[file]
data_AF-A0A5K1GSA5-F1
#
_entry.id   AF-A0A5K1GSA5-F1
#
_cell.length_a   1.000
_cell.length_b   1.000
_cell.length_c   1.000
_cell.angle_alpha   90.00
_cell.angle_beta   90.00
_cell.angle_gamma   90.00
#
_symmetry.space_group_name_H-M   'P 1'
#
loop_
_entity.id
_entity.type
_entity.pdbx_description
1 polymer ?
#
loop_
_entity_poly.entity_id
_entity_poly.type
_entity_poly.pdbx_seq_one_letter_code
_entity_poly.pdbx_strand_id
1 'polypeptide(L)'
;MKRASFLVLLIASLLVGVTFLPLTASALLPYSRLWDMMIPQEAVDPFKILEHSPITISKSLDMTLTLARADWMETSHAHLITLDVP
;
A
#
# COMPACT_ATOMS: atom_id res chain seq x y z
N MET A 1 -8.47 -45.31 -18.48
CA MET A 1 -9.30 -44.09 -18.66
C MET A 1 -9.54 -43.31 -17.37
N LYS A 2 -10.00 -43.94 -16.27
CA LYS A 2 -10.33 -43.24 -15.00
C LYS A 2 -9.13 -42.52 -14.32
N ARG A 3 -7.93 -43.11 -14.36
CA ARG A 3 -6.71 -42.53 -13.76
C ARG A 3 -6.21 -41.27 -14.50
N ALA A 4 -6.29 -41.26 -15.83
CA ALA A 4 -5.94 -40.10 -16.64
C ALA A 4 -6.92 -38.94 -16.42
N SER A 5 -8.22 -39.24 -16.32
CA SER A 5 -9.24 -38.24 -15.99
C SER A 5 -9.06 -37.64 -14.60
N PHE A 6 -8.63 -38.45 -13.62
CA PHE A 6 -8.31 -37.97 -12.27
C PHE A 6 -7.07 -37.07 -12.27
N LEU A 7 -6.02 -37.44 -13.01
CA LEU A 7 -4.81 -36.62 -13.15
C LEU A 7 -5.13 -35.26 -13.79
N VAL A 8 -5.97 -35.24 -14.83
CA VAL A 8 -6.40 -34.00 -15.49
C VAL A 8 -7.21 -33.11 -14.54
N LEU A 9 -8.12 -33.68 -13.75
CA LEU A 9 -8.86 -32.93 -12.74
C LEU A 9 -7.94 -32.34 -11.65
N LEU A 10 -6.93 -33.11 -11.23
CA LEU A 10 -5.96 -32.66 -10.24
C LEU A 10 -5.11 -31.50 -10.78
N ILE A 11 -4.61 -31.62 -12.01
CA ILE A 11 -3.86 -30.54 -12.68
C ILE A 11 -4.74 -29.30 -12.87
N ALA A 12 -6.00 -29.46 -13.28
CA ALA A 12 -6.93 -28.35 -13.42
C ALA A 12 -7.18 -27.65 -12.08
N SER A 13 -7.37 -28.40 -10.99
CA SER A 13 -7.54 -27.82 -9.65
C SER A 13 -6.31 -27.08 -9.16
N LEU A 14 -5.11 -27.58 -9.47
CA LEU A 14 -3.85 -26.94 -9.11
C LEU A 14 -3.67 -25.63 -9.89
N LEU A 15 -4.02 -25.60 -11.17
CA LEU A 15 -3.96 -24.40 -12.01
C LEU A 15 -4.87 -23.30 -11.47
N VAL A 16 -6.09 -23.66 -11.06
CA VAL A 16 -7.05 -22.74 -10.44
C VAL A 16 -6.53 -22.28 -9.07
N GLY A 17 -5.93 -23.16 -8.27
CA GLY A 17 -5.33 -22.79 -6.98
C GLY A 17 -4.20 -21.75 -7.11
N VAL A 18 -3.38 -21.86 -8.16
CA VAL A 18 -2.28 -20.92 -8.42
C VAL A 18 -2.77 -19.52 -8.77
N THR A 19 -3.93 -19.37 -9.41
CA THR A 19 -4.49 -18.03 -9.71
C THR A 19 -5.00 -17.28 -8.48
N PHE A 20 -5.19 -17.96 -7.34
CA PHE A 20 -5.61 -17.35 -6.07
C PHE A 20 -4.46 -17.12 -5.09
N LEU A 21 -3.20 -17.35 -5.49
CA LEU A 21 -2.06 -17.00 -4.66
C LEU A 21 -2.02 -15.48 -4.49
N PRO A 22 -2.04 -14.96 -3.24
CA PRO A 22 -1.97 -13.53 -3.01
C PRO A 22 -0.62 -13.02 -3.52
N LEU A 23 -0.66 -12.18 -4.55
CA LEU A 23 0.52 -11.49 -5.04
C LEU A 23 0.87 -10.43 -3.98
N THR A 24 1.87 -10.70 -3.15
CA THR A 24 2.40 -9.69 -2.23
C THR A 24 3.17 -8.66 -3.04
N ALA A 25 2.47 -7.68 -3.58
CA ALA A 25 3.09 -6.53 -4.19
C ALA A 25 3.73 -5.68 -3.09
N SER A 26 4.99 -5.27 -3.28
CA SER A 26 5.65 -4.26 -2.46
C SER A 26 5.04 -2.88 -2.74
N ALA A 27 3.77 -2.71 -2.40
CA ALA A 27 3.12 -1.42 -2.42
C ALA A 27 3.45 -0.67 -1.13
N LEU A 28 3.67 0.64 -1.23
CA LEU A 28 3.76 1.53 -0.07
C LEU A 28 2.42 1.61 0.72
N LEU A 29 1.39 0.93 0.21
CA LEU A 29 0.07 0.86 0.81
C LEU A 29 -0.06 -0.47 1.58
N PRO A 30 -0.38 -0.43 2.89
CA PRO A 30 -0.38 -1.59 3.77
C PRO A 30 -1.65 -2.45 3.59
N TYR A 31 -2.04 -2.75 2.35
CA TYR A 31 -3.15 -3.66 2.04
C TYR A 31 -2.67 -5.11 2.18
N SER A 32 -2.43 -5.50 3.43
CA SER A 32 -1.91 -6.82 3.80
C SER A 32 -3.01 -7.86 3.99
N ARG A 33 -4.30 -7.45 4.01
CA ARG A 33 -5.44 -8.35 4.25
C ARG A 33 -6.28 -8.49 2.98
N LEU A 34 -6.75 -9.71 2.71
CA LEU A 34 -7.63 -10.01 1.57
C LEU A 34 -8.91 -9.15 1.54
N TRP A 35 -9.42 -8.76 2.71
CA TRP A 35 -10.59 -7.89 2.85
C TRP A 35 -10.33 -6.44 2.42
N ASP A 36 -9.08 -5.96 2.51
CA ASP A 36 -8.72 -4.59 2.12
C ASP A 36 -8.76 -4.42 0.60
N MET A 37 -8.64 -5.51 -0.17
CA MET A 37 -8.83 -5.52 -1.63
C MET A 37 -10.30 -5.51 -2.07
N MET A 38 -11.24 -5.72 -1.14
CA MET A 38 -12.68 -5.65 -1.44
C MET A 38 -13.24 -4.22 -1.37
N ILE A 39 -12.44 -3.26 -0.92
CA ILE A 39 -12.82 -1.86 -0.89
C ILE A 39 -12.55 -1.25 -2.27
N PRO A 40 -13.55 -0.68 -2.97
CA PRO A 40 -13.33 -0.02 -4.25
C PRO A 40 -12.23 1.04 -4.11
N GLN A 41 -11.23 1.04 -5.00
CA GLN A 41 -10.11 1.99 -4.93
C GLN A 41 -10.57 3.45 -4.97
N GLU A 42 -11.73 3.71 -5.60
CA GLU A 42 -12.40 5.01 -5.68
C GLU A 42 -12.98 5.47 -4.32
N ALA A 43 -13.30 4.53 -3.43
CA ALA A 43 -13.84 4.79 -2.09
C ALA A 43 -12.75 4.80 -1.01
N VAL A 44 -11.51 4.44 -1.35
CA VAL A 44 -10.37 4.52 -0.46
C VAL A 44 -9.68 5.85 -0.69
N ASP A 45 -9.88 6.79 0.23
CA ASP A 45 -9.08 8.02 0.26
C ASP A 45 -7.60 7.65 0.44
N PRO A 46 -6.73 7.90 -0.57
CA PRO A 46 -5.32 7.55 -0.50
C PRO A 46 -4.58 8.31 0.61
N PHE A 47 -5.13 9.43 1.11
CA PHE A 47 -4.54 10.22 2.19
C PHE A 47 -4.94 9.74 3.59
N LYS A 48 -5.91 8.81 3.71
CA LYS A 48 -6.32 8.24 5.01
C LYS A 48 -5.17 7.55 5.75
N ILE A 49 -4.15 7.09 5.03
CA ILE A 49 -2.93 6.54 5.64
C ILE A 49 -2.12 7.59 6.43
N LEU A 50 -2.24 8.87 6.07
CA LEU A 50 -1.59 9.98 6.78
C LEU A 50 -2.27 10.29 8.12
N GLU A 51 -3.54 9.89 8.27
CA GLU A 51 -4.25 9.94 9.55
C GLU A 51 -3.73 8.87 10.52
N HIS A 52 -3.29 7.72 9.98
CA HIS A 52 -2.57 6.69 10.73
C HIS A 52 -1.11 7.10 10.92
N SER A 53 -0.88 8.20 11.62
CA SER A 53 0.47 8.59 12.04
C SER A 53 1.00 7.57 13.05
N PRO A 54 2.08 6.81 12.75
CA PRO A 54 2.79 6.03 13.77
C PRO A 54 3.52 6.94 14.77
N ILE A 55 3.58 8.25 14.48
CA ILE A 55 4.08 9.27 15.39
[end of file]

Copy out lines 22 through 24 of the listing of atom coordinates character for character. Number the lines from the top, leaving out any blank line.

_entity_poly.type
_entity_poly.pdbx_seq_one_letter_code
_entity_poly.pdbx_strand_id